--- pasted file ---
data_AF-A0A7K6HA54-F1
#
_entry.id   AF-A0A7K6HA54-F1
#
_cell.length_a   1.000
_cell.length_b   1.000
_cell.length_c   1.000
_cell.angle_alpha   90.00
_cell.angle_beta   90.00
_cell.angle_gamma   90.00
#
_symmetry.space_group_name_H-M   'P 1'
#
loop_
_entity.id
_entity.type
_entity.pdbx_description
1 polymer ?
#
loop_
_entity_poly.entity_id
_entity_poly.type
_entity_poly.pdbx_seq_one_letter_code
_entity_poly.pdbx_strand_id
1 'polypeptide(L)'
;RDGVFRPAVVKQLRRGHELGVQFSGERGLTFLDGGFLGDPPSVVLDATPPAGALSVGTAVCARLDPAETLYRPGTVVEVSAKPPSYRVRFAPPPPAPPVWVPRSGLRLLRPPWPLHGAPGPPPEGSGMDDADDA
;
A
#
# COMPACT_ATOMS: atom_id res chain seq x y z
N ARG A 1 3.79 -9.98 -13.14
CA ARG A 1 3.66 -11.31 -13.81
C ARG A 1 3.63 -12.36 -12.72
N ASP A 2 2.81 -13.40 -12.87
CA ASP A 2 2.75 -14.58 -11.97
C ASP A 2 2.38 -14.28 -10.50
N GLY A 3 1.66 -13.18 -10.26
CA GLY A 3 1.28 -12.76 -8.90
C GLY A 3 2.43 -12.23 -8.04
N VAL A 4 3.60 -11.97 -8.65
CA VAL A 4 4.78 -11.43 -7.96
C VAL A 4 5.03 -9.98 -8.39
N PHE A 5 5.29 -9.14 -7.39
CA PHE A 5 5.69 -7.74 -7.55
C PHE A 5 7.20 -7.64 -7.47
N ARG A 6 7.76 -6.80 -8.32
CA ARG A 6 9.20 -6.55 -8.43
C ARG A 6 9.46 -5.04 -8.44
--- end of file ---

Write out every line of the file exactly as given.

data_AF-A0A7K6HA54-F1
#
_entry.id   AF-A0A7K6HA54-F1
#
_cell.length_a   1.000
_cell.length_b   1.000
_cell.length_c   1.000
_cell.angle_alpha   90.00
_cell.angle_beta   90.00
_cell.angle_gamma   90.00
#
_symmetry.space_group_name_H-M   'P 1'
#
loop_
_entity.id
_entity.type
_entity.pdbx_description
1 polymer ?
#
loop_
_entity_poly.entity_id
_entity_poly.type
_entity_poly.pdbx_seq_one_letter_code
_entity_poly.pdbx_strand_id
1 'polypeptide(L)'
;RDGVFRPAVVKQLRRGHELGVQFSGERGLTFLDGGFLGDPPSVVLDATPPAGALSVGTAVCARLDPAETLYRPGTVVEVSAKPPSYRVRFAPPPPAPPVWVPRSGLRLLRPPWPLHGAPGPPPEGSGMDDADDA
;
A
#
# COMPACT_ATOMS: atom_id res chain seq x y z
N ARG A 1 3.79 -9.98 -13.14
CA ARG A 1 3.66 -11.31 -13.81
C ARG A 1 3.63 -12.36 -12.72
N ASP A 2 2.81 -13.40 -12.87
CA ASP A 2 2.75 -14.58 -11.97
C ASP A 2 2.38 -14.28 -10.50
N GLY A 3 1.66 -13.18 -10.26
CA GLY A 3 1.28 -12.76 -8.90
C GLY A 3 2.43 -12.23 -8.04
N VAL A 4 3.60 -11.97 -8.65
CA VAL A 4 4.78 -11.43 -7.96
C VAL A 4 5.03 -9.98 -8.39
N PHE A 5 5.29 -9.14 -7.39
CA PHE A 5 5.69 -7.74 -7.55
C PHE A 5 7.20 -7.64 -7.47
N ARG A 6 7.76 -6.80 -8.32
CA ARG A 6 9.20 -6.55 -8.43
C ARG A 6 9.46 -5.04 -8.44